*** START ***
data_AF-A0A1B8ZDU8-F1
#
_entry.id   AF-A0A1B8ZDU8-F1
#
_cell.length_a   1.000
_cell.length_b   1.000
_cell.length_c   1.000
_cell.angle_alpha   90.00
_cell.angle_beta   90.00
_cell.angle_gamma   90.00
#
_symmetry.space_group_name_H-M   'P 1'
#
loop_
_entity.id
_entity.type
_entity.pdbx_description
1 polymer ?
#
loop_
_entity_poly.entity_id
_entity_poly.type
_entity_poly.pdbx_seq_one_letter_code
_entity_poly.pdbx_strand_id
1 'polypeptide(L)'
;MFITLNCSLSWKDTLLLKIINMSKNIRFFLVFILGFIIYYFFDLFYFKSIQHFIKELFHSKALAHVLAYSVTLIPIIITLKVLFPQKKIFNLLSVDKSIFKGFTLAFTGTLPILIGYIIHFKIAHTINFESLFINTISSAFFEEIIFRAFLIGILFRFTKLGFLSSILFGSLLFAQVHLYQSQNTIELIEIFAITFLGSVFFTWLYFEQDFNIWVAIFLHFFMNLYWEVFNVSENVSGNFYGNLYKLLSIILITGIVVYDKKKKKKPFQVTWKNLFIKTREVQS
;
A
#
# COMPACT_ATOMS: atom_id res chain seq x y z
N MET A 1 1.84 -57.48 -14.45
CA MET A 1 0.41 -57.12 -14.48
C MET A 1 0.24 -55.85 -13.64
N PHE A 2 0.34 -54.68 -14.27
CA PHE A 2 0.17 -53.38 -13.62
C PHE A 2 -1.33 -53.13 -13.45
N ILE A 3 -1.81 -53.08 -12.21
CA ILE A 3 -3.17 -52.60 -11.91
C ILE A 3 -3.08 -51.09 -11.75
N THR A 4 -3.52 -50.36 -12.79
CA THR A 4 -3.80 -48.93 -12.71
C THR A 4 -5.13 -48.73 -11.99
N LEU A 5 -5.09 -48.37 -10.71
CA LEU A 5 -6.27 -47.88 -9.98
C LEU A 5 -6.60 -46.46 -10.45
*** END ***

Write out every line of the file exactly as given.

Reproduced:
data_AF-A0A1B8ZDU8-F1
#
_entry.id   AF-A0A1B8ZDU8-F1
#
_cell.length_a   1.000
_cell.length_b   1.000
_cell.length_c   1.000
_cell.angle_alpha   90.00
_cell.angle_beta   90.00
_cell.angle_gamma   90.00
#
_symmetry.space_group_name_H-M   'P 1'
#
loop_
_entity.id
_entity.type
_entity.pdbx_description
1 polymer ?
#
loop_
_entity_poly.entity_id
_entity_poly.type
_entity_poly.pdbx_seq_one_letter_code
_entity_poly.pdbx_strand_id
1 'polypeptide(L)'
;MFITLNCSLSWKDTLLLKIINMSKNIRFFLVFILGFIIYYFFDLFYFKSIQHFIKELFHSKALAHVLAYSVTLIPIIITLKVLFPQKKIFNLLSVDKSIFKGFTLAFTGTLPILIGYIIHFKIAHTINFESLFINTISSAFFEEIIFRAFLIGILFRFTKLGFLSSILFGSLLFAQVHLYQSQNTIELIEIFAITFLGSVFFTWLYFEQDFNIWVAIFLHFFMNLYWEVFNVSENVSGNFYGNLYKLLSIILITGIVVYDKKKKKKPFQVTWKNLFIKTREVQS
;
A
#
# COMPACT_ATOMS: atom_id res chain seq x y z
N MET A 1 1.84 -57.48 -14.45
CA MET A 1 0.41 -57.12 -14.48
C MET A 1 0.24 -55.85 -13.64
N PHE A 2 0.34 -54.68 -14.27
CA PHE A 2 0.17 -53.38 -13.62
C PHE A 2 -1.33 -53.13 -13.45
N ILE A 3 -1.81 -53.08 -12.21
CA ILE A 3 -3.17 -52.60 -11.91
C ILE A 3 -3.08 -51.09 -11.75
N THR A 4 -3.52 -50.36 -12.79
CA THR A 4 -3.80 -48.93 -12.71
C THR A 4 -5.13 -48.73 -11.99
N LEU A 5 -5.09 -48.37 -10.71
CA LEU A 5 -6.27 -47.88 -9.98
C LEU A 5 -6.60 -46.46 -10.45